Finally, in the mystery of the Virgin's oneness with the Lord, that oneness which is eternally perfected in the Assumption, we must look to her on Calvary. There she rendered to Christ a love, a giving of herself, that is beyond description. He had been lashed with whips, pierced with nails, suspended from the Cross: “there stood by the cross of Jesus, his mother.” She, too, had been lashed-lashed with the whips of sorrow. She, too, was pierced-pierced with the sword foretold in the words of Simeon. With her broken heart she concurred eagerly in her Son's supreme sacrifice. In the hour in which He was the Man of Sorrow she was par excellence the Sorrowful Mother.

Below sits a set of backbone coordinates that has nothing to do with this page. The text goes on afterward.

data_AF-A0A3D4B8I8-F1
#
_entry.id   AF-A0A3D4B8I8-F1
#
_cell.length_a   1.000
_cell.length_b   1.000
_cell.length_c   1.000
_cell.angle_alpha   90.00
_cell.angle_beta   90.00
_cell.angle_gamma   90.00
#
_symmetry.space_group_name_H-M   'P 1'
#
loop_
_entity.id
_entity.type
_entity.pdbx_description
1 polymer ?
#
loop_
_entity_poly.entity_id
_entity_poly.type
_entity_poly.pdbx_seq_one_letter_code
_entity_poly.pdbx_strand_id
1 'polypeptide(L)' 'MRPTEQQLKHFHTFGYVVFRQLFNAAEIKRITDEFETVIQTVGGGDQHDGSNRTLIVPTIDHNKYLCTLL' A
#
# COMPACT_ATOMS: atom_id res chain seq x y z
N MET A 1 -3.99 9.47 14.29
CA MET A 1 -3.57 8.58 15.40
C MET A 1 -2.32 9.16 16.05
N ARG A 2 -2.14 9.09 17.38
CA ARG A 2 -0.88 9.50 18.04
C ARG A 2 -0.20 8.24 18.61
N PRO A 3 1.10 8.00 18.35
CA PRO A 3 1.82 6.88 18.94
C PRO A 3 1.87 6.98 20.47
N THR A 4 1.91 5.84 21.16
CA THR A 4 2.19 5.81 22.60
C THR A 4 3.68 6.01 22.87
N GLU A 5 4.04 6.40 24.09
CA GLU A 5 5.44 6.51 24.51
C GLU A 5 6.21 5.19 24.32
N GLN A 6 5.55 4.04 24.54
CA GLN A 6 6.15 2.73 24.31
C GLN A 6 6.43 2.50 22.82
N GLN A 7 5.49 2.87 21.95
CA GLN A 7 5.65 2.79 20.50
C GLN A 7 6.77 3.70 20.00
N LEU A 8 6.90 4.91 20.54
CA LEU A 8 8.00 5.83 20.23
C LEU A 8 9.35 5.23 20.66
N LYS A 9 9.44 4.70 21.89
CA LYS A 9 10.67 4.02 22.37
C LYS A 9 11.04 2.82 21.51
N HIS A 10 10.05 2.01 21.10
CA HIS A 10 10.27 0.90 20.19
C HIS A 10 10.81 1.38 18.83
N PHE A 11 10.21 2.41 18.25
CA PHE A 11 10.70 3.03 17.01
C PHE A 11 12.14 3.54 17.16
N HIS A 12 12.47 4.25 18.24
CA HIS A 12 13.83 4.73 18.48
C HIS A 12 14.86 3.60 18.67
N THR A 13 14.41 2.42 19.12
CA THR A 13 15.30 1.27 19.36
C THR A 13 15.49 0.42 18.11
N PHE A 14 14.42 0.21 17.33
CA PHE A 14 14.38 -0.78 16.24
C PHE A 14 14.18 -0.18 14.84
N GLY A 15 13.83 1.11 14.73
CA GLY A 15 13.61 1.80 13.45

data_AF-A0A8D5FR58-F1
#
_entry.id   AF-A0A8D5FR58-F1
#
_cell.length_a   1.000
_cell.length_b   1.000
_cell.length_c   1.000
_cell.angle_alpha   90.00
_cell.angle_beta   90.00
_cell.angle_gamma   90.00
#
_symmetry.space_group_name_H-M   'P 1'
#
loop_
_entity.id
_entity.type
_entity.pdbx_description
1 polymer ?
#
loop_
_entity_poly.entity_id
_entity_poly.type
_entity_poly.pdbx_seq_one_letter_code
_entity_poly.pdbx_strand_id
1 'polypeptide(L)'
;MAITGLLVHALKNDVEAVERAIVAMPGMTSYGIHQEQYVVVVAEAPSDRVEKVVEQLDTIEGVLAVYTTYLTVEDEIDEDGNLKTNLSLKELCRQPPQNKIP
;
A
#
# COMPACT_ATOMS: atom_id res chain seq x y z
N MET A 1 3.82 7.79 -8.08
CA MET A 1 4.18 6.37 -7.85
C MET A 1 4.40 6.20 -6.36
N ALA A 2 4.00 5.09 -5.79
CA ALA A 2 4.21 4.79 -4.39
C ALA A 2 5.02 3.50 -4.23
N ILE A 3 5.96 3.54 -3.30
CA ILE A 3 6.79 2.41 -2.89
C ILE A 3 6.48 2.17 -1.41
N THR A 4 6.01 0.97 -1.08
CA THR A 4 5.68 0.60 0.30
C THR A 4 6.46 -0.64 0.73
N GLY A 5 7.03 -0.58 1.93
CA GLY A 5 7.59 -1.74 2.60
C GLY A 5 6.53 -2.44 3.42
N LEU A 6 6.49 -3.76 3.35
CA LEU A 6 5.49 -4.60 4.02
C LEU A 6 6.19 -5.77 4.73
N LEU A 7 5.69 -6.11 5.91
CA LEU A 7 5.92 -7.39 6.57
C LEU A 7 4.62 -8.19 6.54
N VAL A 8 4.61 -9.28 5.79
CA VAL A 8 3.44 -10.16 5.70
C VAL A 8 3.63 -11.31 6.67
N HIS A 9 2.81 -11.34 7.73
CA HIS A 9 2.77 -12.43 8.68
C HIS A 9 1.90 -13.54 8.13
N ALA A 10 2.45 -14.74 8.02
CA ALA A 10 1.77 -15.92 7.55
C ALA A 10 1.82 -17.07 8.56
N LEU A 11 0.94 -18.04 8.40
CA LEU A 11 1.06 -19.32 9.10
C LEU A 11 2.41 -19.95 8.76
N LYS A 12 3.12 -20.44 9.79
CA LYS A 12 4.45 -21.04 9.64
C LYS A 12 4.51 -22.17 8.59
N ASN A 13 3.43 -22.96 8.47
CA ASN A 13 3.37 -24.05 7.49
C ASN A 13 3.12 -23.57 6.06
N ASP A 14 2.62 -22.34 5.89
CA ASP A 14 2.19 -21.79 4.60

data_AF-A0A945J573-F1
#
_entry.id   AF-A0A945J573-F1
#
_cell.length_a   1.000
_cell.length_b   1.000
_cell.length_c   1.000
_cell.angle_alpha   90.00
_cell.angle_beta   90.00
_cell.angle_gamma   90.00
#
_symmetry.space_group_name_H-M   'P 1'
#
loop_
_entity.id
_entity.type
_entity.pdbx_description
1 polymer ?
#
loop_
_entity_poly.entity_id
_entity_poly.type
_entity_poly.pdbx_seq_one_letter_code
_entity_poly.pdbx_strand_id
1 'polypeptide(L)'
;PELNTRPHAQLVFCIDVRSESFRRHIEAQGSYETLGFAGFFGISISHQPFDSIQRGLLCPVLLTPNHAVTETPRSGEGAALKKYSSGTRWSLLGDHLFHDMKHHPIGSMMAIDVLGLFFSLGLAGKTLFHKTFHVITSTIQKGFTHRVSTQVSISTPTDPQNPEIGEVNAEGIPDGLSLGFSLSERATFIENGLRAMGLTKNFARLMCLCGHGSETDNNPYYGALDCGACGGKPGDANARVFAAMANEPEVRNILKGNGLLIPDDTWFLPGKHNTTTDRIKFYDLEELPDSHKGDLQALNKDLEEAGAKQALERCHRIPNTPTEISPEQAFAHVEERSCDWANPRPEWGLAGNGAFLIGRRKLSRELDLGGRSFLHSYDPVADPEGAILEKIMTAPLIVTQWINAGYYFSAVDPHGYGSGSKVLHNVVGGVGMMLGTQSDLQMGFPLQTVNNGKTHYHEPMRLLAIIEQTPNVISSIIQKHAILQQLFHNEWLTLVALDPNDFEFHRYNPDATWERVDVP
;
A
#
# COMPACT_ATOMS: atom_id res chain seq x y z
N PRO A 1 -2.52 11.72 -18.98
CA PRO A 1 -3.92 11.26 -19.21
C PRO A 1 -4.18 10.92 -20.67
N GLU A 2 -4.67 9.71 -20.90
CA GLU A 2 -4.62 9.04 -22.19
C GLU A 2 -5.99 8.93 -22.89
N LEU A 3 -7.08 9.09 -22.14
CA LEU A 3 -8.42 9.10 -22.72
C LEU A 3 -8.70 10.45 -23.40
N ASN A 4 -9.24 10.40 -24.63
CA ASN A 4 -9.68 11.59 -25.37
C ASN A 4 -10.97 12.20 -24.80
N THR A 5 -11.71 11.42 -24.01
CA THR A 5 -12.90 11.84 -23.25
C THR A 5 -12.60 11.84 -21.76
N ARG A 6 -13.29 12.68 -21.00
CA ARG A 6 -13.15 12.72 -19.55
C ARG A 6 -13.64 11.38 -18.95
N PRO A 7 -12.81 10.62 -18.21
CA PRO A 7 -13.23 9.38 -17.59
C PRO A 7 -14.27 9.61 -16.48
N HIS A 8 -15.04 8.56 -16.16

Christ's agony was His victory: by it He merited His exaltation. As Our Lady was associate of the one, so also of the other. Should not she who had partaken of His hour of darkness partake also of His eternity of light? The eyes that looked upon the stained, distorted face of Christ upon His Cross look now forever upon the beauty of His glorious countenance. The heart that once beat fast in anguish beats now in ecstasy of everlasting joy. As the Virgin Mother of Sorrows had been faithful unto Christ in agony-so the zealous, overpowering love of that same Christ has reached out to catch up into His exaltation even her body. From Him there had once descended upon her the silent mantle of sorrow: now in return she is forever more the “woman clothed with the sun.” Forever more she is vested in the light and warmth of that “Sun of Justice” who is her own Divine Son: she, the very throne of God, is clothed with something of the glory that He had before the world was.”